Seen from the present´s or the system´s now´s perspective, anything belongs to one of the categories. To firstness everything belongs, that shows up alone, that comes from the past, and appears in the present. This especially is the so- called sign. Its appearance is an event.

Secondness, from the “now´s” perspective, is a subject that becomes an object after the appearance of the sign. In the present, due to the sign, a subject suddenly becomes an object. This object is influenced by the sign, and remains for some time. It has got a certain permanence that reaches into the future. Such an object may be something immaterial too, e.g. something picked out of the memory.

Thirdness is that, what comes out of this reaction, the result. In our mind it is the idea (Peirce: “interpretant”), which we now, due to the sign, have about this object, and keep. In the nature it is a result, reaching into the future, and whose reason is from the past.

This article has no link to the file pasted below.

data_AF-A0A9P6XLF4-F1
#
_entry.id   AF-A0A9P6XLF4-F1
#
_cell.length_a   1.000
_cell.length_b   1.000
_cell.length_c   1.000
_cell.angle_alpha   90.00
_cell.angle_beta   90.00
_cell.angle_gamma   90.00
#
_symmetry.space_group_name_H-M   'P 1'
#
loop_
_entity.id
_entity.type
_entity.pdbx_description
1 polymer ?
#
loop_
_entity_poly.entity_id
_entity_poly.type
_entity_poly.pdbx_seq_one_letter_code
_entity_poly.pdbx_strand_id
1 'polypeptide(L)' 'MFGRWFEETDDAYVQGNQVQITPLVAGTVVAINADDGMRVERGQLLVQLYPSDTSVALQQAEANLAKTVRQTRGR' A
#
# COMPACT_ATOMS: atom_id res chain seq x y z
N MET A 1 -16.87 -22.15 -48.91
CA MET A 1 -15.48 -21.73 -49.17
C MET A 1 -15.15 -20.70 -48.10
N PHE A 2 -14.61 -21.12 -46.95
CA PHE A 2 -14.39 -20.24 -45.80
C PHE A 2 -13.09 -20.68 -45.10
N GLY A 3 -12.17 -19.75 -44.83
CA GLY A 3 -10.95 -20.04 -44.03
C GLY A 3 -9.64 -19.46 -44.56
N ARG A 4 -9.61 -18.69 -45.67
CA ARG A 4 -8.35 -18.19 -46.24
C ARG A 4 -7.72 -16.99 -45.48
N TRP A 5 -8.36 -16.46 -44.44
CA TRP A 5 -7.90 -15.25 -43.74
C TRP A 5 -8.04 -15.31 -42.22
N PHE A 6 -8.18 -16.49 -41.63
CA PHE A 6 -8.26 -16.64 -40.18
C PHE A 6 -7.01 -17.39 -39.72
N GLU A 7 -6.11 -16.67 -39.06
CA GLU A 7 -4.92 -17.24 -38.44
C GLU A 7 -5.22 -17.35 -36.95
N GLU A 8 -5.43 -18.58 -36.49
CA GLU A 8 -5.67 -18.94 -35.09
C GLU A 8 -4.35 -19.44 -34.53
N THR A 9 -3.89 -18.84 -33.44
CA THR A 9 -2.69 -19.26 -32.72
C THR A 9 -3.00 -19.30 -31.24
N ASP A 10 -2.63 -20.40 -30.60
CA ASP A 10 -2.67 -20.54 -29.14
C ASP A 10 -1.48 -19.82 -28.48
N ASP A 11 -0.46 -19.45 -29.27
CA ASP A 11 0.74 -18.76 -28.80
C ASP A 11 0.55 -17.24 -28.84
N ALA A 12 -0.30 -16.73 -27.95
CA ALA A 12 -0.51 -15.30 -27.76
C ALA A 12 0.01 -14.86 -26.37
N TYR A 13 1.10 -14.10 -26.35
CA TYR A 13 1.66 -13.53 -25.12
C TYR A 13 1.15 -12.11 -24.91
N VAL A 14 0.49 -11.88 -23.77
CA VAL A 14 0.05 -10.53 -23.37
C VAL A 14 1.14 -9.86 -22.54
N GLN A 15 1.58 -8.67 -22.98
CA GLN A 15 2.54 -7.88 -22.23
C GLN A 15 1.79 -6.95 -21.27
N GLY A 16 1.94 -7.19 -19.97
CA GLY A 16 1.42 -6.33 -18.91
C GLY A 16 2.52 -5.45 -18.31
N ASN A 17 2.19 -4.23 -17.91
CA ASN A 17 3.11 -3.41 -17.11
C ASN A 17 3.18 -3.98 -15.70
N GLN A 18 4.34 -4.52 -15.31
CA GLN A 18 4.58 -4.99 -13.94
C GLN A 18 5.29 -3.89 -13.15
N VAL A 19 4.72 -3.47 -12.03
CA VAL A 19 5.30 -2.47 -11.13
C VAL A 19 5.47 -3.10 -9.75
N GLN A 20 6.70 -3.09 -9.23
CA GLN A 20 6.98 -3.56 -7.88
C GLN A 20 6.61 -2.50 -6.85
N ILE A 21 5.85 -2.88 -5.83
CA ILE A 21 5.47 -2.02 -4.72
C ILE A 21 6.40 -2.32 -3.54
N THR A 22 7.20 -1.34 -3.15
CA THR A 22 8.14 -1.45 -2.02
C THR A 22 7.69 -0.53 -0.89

So now you may say: The first category combines past with present, the second present with future, and the third past with future. All that from the perspective of the system´s “now”:

1.: A sign appears from the past in the present,

2.: It suits a subject, which, due to this, becomes an object in the present, and remains as such in the near future too,

3.: The fact that sign and object suit each other has a reason (a causality) in the past, and delivers a result (causally too) that reaches into the future.